For years, protecting Minnesota's lakes and rivers has focused on the state level.
But that focus is shifting to local leaders, with new local collaboration and money aimed to combat the spread of aquatic invasive species in the state's waterways.
For the first time, local and state conservation leaders, scientists, boaters, marina owners, tourism leaders and others concerned about growing zebra mussels and other invasive species are meeting this week in a state summit.
The first-ever summit Tuesday and Wednesday in St. Cloud is expected to become annual, helping local leaders learn from each other and what other states are doing to slow the spread of invasive species. It follows the state starting to funnel funding to county government programs for invasive species prevention, with $4.5 million in 2014 and $10 million this year.
"This money has never gotten down to the grass roots level. I think it will really move the needle," said Jeff Forester of the Minnesota Lakes and Rivers Advocates, one of the summit sponsors. "It's really a shot of energy to local communities. People have been sitting back and saying the DNR needs to fix this problem. But the reality is they can't."
The state summit precedes a national one next week in Las Vegas focused on boat design's impact on the spread of invasive species, sponsored by the state of Minnesota, Tonka Bay Marina on Lake Minnetonka, the U.S. Fish and Wildlife Service and National Marine Manufacturers Association.
Back in Minnesota, more than 350 people are expected to attend this week's state summit, also sponsored by the Minnesota Association of Watershed Districts, the Department of Natural Resources and the Association of Minnesota Counties. It's hosted by the Initiative Foundation, a Little Falls-based organization that received $4 million from the state to distribute in local grants this year for pilot projects that are doing new things to prevent aquatic invasive species.
"$4 million is merely an opportunity to test innovative ideas … but it could help direct [future] policy," said Don Hickman, an aquatic biologist and leader at the Initiative Foundation.
In Minnesota, zebra mussels are perhaps the most well-known invasive species, attaching to boats, docks, rocks and other solid surfaces. They quickly proliferate by the millions and have infected more than 200 waterways. Other species such as quagga mussels are not yet here, but are expected, too.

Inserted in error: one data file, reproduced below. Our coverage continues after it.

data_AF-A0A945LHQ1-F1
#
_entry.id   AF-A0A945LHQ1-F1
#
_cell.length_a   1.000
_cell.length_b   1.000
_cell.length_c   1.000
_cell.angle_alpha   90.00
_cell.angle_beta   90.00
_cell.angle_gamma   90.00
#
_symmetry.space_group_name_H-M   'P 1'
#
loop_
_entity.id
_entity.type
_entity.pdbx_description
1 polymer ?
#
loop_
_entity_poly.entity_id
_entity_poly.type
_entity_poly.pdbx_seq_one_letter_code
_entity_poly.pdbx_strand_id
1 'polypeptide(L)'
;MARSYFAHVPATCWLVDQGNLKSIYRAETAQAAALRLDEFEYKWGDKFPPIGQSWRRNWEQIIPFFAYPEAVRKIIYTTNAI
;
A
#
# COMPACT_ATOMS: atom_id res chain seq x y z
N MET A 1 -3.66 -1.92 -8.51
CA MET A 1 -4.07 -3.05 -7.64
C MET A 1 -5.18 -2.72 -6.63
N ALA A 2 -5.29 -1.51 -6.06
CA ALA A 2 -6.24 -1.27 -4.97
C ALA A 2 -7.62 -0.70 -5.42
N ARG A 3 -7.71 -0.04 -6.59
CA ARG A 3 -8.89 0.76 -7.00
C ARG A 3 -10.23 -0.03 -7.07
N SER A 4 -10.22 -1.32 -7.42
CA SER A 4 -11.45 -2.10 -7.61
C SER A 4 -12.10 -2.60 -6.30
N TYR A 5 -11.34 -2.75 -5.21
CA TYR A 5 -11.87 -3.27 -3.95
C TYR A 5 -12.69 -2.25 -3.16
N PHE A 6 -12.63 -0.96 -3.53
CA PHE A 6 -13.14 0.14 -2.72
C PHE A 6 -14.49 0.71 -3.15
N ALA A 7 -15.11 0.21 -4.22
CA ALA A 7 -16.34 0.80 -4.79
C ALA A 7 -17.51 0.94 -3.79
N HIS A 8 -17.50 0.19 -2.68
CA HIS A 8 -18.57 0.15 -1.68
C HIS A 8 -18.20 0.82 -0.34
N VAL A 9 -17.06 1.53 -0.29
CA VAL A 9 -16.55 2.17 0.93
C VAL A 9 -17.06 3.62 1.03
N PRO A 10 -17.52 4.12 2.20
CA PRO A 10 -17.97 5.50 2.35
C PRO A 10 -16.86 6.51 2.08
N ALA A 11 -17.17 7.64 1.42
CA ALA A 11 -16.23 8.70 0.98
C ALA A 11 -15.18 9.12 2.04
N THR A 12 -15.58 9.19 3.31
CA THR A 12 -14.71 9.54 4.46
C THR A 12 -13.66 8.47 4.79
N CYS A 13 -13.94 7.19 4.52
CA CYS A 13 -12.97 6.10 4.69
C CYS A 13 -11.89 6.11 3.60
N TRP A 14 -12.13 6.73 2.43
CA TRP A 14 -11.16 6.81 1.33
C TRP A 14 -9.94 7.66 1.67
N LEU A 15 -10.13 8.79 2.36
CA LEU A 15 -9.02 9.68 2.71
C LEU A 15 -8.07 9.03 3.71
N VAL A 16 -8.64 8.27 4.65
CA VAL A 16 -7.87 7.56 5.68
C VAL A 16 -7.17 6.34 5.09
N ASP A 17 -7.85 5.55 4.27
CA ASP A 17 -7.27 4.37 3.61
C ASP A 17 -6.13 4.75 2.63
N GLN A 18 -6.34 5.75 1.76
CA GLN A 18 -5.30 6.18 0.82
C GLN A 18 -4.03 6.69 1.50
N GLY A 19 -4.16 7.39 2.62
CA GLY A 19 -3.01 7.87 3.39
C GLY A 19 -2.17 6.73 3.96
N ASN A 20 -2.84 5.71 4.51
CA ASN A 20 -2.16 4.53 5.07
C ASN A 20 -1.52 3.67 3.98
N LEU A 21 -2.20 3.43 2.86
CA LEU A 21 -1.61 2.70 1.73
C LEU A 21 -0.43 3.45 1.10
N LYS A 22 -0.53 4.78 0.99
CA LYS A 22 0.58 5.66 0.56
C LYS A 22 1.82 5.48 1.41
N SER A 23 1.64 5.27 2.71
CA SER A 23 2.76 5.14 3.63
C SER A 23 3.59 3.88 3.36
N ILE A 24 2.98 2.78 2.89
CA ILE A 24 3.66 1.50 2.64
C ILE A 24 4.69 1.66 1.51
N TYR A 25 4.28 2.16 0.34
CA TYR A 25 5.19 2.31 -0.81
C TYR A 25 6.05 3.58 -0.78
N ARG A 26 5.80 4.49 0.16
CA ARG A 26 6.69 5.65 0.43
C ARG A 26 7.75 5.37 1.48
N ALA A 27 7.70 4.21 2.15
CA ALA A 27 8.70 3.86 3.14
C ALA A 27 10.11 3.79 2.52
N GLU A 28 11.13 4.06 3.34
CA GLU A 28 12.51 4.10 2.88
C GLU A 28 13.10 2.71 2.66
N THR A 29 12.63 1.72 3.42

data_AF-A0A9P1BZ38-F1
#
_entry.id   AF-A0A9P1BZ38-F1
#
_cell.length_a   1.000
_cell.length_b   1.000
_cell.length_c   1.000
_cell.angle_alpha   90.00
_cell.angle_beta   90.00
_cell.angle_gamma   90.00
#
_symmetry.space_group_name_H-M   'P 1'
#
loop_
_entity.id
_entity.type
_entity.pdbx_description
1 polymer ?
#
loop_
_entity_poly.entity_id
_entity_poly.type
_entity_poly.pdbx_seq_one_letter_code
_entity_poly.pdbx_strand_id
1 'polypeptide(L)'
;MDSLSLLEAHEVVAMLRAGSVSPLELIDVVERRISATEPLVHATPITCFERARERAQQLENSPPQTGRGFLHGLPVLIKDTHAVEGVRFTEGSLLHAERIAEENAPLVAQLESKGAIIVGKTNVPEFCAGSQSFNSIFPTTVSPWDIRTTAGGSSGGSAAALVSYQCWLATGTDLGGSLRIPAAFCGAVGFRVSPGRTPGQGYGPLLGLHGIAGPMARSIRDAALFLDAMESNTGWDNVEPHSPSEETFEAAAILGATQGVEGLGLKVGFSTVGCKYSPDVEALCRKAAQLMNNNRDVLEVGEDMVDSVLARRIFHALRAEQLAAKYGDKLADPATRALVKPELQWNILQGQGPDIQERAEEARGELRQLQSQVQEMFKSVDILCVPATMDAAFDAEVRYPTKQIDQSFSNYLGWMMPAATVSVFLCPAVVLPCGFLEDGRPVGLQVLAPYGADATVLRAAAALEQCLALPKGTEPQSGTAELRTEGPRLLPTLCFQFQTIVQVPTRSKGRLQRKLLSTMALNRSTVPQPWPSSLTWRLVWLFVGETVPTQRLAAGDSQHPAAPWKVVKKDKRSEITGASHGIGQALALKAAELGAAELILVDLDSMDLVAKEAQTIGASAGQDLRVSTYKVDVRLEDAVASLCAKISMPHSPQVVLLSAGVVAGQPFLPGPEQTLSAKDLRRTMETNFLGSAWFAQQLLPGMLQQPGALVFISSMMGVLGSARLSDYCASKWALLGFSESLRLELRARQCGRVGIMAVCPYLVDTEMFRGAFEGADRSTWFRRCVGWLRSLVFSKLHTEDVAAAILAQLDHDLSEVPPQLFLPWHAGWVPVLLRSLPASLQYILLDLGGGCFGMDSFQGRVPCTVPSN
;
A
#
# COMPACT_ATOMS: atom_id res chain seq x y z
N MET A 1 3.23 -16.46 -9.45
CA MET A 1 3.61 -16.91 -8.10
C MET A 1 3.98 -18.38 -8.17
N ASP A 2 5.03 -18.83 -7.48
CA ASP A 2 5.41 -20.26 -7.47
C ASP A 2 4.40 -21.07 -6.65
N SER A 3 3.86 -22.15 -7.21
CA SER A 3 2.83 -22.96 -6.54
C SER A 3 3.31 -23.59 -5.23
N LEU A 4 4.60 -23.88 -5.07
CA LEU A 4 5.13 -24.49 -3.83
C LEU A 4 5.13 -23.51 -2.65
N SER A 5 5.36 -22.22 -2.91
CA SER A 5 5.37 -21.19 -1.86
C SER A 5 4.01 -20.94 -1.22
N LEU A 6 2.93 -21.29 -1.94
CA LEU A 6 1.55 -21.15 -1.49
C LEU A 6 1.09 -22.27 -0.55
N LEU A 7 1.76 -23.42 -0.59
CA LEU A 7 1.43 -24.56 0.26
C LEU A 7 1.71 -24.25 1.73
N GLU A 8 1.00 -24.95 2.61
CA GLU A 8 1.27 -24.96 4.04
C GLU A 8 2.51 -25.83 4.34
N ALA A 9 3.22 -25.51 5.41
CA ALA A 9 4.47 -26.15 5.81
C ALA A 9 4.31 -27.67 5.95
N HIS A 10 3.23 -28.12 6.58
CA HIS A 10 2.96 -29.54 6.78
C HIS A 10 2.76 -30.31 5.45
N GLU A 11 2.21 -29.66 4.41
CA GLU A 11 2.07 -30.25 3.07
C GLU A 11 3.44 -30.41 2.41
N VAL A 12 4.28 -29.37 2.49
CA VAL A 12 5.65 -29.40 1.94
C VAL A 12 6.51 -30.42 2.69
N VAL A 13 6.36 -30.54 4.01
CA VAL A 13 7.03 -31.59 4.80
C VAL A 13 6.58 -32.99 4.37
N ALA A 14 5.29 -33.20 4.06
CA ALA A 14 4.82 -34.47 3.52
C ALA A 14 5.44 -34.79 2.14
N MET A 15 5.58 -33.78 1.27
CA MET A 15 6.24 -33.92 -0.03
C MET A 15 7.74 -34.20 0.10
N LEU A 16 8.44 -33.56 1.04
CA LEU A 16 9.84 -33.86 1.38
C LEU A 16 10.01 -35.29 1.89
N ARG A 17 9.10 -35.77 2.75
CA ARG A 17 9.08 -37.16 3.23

"These are worse than what we have now," Forester said, adding about the impact: "I think you'd be hard pressed to find a Minnesotan that didn't spend time on a lake or have a connection to a lake."
In fact, the state ranks No. 1 in the country for boat ownership per capita. Any change to the state's lakes could impact not just boaters, but resorts, lake businesses and the state's $12.5 billion tourism economy.
"We have so much to protect in Minnesota because so many jobs and businesses depend on that," said Barb Halbakken Fischburg of the Minnesota Coalition of Lake Associations. "Infusing that money locally is the right place for it."
Local aid to lakes
She's also president of the Lake Detroiters Lake Association and the local state money the area received, she said, bought a decontamination unit and doubled the amount of inspectors checking boats for aquatic invasive species.
"The $10 million [to local counties] was kind of a game-changer," she said. "The Legislature recognizes how much locals have been doing to protect local waterways."
Now, at this week's summit, Forester will present a framework aimed to help local groups put together plans to combat the spread of invasive species, making the response more uniform statewide.
"We can't do this alone and the DNR can't do it alone," Halbakken Fischburg said. "We've all got to work together."